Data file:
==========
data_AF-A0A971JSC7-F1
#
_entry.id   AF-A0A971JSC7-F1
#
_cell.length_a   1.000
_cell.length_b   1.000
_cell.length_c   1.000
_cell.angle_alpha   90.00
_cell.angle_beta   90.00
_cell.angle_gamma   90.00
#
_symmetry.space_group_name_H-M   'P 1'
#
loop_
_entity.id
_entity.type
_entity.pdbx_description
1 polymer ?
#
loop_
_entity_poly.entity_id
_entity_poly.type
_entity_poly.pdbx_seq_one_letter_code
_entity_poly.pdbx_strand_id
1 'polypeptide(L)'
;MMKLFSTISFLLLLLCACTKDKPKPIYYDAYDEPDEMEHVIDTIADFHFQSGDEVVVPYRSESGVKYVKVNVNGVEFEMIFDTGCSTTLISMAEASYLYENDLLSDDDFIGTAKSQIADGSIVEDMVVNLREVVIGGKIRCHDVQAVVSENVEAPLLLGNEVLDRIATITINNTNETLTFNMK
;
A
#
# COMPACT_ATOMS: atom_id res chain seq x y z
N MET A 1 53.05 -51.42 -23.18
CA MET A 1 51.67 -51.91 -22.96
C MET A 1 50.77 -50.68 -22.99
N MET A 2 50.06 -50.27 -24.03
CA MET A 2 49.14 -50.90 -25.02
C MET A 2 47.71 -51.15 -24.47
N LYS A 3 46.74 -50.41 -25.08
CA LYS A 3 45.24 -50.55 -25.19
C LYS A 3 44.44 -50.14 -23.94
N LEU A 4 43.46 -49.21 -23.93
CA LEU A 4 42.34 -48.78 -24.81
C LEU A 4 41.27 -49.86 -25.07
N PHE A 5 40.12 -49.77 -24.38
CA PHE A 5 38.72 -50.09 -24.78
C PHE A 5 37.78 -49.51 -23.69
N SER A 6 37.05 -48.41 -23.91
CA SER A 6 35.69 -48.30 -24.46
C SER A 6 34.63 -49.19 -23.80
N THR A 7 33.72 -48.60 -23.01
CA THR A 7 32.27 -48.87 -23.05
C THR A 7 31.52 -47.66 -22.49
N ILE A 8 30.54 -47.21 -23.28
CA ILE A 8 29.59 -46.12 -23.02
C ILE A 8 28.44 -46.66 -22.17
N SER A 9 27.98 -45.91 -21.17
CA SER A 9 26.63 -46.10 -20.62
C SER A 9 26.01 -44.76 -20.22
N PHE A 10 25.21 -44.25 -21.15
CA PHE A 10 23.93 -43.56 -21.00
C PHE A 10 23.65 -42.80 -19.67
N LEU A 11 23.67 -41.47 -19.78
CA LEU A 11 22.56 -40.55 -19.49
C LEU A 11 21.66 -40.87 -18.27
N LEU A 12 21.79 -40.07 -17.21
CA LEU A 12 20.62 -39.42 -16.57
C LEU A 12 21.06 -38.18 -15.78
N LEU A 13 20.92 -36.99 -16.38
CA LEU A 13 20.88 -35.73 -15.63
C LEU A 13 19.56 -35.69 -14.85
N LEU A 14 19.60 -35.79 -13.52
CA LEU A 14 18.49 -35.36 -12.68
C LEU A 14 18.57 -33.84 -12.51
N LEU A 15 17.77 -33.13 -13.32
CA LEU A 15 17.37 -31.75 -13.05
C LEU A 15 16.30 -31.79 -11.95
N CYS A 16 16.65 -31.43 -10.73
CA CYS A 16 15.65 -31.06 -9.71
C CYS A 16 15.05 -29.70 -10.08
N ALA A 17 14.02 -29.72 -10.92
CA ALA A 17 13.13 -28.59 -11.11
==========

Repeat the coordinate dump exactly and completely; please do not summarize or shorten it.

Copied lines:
data_AF-A0A971JSC7-F1
#
_entry.id   AF-A0A971JSC7-F1
#
_cell.length_a   1.000
_cell.length_b   1.000
_cell.length_c   1.000
_cell.angle_alpha   90.00
_cell.angle_beta   90.00
_cell.angle_gamma   90.00
#
_symmetry.space_group_name_H-M   'P 1'
#
loop_
_entity.id
_entity.type
_entity.pdbx_description
1 polymer ?
#
loop_
_entity_poly.entity_id
_entity_poly.type
_entity_poly.pdbx_seq_one_letter_code
_entity_poly.pdbx_strand_id
1 'polypeptide(L)'
;MMKLFSTISFLLLLLCACTKDKPKPIYYDAYDEPDEMEHVIDTIADFHFQSGDEVVVPYRSESGVKYVKVNVNGVEFEMIFDTGCSTTLISMAEASYLYENDLLSDDDFIGTAKSQIADGSIVEDMVVNLREVVIGGKIRCHDVQAVVSENVEAPLLLGNEVLDRIATITINNTNETLTFNMK
;
A
#
# COMPACT_ATOMS: atom_id res chain seq x y z
N MET A 1 53.05 -51.42 -23.18
CA MET A 1 51.67 -51.91 -22.96
C MET A 1 50.77 -50.68 -22.99
N MET A 2 50.06 -50.27 -24.03
CA MET A 2 49.14 -50.90 -25.02
C MET A 2 47.71 -51.15 -24.47
N LYS A 3 46.74 -50.41 -25.08
CA LYS A 3 45.24 -50.55 -25.19
C LYS A 3 44.44 -50.14 -23.94
N LEU A 4 43.46 -49.21 -23.93
CA LEU A 4 42.34 -48.78 -24.81
C LEU A 4 41.27 -49.86 -25.07
N PHE A 5 40.12 -49.77 -24.38
CA PHE A 5 38.72 -50.09 -24.78
C PHE A 5 37.78 -49.51 -23.69
N SER A 6 37.05 -48.41 -23.91
CA SER A 6 35.69 -48.30 -24.46
C SER A 6 34.63 -49.19 -23.80
N THR A 7 33.72 -48.60 -23.01
CA THR A 7 32.27 -48.87 -23.05
C THR A 7 31.52 -47.66 -22.49
N ILE A 8 30.54 -47.21 -23.28
CA ILE A 8 29.59 -46.12 -23.02
C ILE A 8 28.44 -46.66 -22.17
N SER A 9 27.98 -45.91 -21.17
CA SER A 9 26.63 -46.10 -20.62
C SER A 9 26.01 -44.76 -20.22
N PHE A 10 25.21 -44.25 -21.15
CA PHE A 10 23.93 -43.56 -21.00
C PHE A 10 23.65 -42.80 -19.67
N LEU A 11 23.67 -41.47 -19.78
CA LEU A 11 22.56 -40.55 -19.49
C LEU A 11 21.66 -40.87 -18.27
N LEU A 12 21.79 -40.07 -17.21
CA LEU A 12 20.62 -39.42 -16.57
C LEU A 12 21.06 -38.18 -15.78
N LEU A 13 20.92 -36.99 -16.38
CA LEU A 13 20.88 -35.73 -15.63
C LEU A 13 19.56 -35.69 -14.85
N LEU A 14 19.60 -35.79 -13.52
CA LEU A 14 18.49 -35.36 -12.68
C LEU A 14 18.57 -33.84 -12.51
N LEU A 15 17.77 -33.13 -13.32
CA LEU A 15 17.37 -31.75 -13.05
C LEU A 15 16.30 -31.79 -11.95
N CYS A 16 16.65 -31.43 -10.73
CA CYS A 16 15.65 -31.06 -9.71
C CYS A 16 15.05 -29.70 -10.08
N ALA A 17 14.02 -29.72 -10.92
CA ALA A 17 13.13 -28.59 -11.11